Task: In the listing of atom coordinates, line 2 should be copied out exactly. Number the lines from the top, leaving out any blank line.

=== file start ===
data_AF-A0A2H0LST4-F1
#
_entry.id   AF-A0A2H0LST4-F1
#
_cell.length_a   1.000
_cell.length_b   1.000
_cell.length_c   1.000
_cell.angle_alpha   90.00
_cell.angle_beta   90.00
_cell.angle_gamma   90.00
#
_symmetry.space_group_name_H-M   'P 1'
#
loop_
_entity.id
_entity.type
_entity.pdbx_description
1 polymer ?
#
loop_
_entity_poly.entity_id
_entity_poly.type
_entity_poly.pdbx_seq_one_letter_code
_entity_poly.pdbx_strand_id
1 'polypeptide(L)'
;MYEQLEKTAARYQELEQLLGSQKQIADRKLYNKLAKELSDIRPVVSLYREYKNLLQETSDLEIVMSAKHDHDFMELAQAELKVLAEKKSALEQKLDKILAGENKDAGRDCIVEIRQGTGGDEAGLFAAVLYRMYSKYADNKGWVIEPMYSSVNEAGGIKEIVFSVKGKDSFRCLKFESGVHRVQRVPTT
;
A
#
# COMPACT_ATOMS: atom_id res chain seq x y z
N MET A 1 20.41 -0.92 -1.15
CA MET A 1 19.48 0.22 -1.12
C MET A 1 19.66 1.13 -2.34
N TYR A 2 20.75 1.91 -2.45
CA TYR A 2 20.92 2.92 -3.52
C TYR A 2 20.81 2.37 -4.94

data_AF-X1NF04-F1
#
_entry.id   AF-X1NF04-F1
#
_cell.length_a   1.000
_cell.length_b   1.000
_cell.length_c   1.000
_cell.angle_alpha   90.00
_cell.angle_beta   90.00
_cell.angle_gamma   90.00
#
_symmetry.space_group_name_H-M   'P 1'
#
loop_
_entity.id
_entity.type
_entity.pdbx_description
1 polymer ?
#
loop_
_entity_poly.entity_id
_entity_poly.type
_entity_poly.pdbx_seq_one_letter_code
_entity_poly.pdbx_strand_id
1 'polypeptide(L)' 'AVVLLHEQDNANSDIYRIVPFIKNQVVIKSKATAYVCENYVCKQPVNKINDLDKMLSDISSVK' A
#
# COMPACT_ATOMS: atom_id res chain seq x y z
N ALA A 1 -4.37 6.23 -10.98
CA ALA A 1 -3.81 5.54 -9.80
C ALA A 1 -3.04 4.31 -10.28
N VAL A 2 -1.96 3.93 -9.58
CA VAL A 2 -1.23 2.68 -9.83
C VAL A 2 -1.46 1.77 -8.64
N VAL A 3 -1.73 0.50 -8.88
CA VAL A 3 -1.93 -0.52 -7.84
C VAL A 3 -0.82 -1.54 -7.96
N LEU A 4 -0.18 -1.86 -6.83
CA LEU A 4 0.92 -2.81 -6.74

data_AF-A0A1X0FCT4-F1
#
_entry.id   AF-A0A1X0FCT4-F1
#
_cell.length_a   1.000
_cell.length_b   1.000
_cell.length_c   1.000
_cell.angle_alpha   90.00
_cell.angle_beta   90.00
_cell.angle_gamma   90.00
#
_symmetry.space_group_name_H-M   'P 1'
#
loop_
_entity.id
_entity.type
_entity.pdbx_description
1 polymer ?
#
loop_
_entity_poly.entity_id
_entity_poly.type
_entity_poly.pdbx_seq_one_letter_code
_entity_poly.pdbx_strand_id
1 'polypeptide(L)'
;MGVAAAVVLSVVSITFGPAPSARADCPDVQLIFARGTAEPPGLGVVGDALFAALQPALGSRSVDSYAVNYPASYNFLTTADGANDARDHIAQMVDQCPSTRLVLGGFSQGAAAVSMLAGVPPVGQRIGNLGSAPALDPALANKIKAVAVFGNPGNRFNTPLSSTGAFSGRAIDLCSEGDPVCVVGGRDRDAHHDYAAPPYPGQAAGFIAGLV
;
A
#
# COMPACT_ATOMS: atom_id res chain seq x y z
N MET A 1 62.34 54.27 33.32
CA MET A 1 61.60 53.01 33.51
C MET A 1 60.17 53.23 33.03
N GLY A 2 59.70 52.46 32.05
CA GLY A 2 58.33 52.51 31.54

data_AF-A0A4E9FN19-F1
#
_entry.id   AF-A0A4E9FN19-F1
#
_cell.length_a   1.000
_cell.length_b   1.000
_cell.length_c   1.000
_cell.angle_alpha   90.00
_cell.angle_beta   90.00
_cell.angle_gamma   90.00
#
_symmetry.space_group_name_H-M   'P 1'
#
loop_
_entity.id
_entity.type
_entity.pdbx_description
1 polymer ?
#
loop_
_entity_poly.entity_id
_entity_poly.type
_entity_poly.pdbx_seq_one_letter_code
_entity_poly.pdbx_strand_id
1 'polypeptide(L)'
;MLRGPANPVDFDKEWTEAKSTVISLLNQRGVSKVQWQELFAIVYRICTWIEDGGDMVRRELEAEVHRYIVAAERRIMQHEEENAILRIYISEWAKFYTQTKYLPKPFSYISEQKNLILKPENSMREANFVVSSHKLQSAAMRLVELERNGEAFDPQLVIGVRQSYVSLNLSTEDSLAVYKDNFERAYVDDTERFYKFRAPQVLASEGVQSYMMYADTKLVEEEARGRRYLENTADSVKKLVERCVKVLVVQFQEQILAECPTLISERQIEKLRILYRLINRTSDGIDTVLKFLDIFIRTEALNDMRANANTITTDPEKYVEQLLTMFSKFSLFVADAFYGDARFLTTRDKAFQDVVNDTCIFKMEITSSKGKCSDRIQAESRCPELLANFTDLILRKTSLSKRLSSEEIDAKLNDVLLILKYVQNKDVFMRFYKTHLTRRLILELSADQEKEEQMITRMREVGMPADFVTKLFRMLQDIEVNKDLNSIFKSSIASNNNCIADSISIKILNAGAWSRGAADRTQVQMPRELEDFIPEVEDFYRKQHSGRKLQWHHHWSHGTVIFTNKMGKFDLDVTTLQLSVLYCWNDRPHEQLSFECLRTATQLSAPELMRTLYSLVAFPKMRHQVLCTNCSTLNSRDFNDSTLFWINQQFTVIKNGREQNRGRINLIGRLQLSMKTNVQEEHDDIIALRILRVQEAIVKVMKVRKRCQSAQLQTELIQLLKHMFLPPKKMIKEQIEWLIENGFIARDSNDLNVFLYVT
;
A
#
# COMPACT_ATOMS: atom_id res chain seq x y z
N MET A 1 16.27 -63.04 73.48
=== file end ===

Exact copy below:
#